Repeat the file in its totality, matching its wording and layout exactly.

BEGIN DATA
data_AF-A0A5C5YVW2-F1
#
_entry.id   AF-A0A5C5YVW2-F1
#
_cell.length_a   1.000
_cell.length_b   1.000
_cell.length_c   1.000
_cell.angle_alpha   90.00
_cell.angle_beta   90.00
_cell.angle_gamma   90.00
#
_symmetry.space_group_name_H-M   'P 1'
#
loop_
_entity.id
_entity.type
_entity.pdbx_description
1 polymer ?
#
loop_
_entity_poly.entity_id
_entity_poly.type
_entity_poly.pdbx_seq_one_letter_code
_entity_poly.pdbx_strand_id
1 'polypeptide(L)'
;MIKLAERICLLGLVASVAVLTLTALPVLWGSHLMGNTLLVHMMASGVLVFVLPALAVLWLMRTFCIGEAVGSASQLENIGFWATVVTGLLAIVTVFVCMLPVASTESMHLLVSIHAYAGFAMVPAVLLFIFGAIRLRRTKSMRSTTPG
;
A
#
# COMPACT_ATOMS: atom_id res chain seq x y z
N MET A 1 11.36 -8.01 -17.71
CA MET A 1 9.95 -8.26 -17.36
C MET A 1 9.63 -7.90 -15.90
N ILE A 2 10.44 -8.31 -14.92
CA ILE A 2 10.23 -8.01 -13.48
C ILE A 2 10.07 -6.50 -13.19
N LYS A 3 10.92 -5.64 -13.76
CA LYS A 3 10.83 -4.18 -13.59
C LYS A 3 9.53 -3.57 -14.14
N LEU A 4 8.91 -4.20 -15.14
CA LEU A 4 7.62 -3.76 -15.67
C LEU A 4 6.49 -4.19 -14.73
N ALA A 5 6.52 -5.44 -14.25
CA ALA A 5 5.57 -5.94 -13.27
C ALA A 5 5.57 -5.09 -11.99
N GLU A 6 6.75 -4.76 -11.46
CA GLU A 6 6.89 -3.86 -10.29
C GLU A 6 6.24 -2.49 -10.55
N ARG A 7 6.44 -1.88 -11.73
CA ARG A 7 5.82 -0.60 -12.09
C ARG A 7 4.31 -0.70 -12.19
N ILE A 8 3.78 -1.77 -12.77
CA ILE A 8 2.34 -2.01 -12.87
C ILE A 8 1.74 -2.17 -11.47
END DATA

data_AF-A0A5C5YVW2-F1
#
_entry.id   AF-A0A5C5YVW2-F1
#
_cell.length_a   1.000
_cell.length_b   1.000
_cell.length_c   1.000
_cell.angle_alpha   90.00
_cell.angle_beta   90.00
_cell.angle_gamma   90.00
#
_symmetry.space_group_name_H-M   'P 1'
#
loop_
_entity.id
_entity.type
_entity.pdbx_description
1 polymer ?
#
loop_
_entity_poly.entity_id
_entity_poly.type
_entity_poly.pdbx_seq_one_letter_code
_entity_poly.pdbx_strand_id
1 'polypeptide(L)'
;MIKLAERICLLGLVASVAVLTLTALPVLWGSHLMGNTLLVHMMASGVLVFVLPALAVLWLMRTFCIGEAVGSASQLENIGFWATVVTGLLAIVTVFVCMLPVASTESMHLLVSIHAYAGFAMVPAVLLFIFGAIRLRRTKSMRSTTPG
;
A
#
# COMPACT_ATOMS: atom_id res chain seq x y z
N MET A 1 11.36 -8.01 -17.71
CA MET A 1 9.95 -8.26 -17.36
C MET A 1 9.63 -7.90 -15.90
N ILE A 2 10.44 -8.31 -14.92
CA ILE A 2 10.23 -8.01 -13.48
C ILE A 2 10.07 -6.50 -13.19
N LYS A 3 10.92 -5.64 -13.76
CA LYS A 3 10.83 -4.18 -13.59
C LYS A 3 9.53 -3.57 -14.14
N LEU A 4 8.91 -4.20 -15.14
CA LEU A 4 7.62 -3.76 -15.67
C LEU A 4 6.49 -4.19 -14.73
N ALA A 5 6.52 -5.44 -14.25
CA ALA A 5 5.57 -5.94 -13.27
C ALA A 5 5.57 -5.09 -11.99
N GLU A 6 6.75 -4.76 -11.46
CA GLU A 6 6.89 -3.86 -10.29
C GLU A 6 6.24 -2.49 -10.55
N ARG A 7 6.44 -1.88 -11.73
CA ARG A 7 5.82 -0.60 -12.09
C ARG A 7 4.31 -0.70 -12.19
N ILE A 8 3.78 -1.77 -12.77
CA ILE A 8 2.34 -2.01 -12.87
C ILE A 8 1.74 -2.17 -11.47